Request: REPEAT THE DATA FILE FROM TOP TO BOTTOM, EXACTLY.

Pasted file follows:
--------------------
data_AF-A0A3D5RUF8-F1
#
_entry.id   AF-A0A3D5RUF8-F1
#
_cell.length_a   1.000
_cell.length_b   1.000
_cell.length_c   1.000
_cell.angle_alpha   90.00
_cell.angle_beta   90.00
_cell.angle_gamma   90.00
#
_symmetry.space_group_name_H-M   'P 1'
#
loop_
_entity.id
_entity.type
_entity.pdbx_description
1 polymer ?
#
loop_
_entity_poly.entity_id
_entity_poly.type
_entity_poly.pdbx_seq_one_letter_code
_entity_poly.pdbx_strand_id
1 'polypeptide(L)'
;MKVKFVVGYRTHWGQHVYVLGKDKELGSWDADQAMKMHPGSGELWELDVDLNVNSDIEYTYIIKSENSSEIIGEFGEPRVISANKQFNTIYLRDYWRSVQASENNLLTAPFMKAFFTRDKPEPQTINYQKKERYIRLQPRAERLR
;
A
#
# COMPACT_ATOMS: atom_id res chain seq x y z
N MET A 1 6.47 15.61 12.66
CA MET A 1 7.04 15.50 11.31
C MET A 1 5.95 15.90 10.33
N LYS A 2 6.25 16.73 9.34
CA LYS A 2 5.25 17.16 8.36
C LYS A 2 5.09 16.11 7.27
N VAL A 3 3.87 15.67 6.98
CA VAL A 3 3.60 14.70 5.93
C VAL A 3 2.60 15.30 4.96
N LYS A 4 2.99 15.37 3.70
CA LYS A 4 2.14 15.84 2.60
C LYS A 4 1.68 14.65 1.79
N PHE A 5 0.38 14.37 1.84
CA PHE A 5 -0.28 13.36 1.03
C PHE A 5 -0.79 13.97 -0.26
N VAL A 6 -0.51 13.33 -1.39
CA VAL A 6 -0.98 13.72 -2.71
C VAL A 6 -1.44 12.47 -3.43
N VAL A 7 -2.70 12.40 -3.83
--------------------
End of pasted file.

data_AF-A0A3D5RUF8-F1
#
_entry.id   AF-A0A3D5RUF8-F1
#
_cell.length_a   1.000
_cell.length_b   1.000
_cell.length_c   1.000
_cell.angle_alpha   90.00
_cell.angle_beta   90.00
_cell.angle_gamma   90.00
#
_symmetry.space_group_name_H-M   'P 1'
#
loop_
_entity.id
_entity.type
_entity.pdbx_description
1 polymer ?
#
loop_
_entity_poly.entity_id
_entity_poly.type
_entity_poly.pdbx_seq_one_letter_code
_entity_poly.pdbx_strand_id
1 'polypeptide(L)'
;MKVKFVVGYRTHWGQHVYVLGKDKELGSWDADQAMKMHPGSGELWELDVDLNVNSDIEYTYIIKSENSSEIIGEFGEPRVISANKQFNTIYLRDYWRSVQASENNLLTAPFMKAFFTRDKPEPQTINYQKKERYIRLQPRAERLR
;
A
#
# COMPACT_ATOMS: atom_id res chain seq x y z
N MET A 1 6.47 15.61 12.66
CA MET A 1 7.04 15.50 11.31
C MET A 1 5.95 15.90 10.33
N LYS A 2 6.25 16.73 9.34
CA LYS A 2 5.25 17.16 8.36
C LYS A 2 5.09 16.11 7.27
N VAL A 3 3.87 15.67 6.98
CA VAL A 3 3.60 14.70 5.93
C VAL A 3 2.60 15.30 4.96
N LYS A 4 2.99 15.37 3.70
CA LYS A 4 2.14 15.84 2.60
C LYS A 4 1.68 14.65 1.79
N PHE A 5 0.38 14.37 1.84
CA PHE A 5 -0.28 13.36 1.03
C PHE A 5 -0.79 13.97 -0.26
N VAL A 6 -0.51 13.33 -1.39
CA VAL A 6 -0.98 13.72 -2.71
C VAL A 6 -1.44 12.47 -3.43
N VAL A 7 -2.70 12.40 -3.83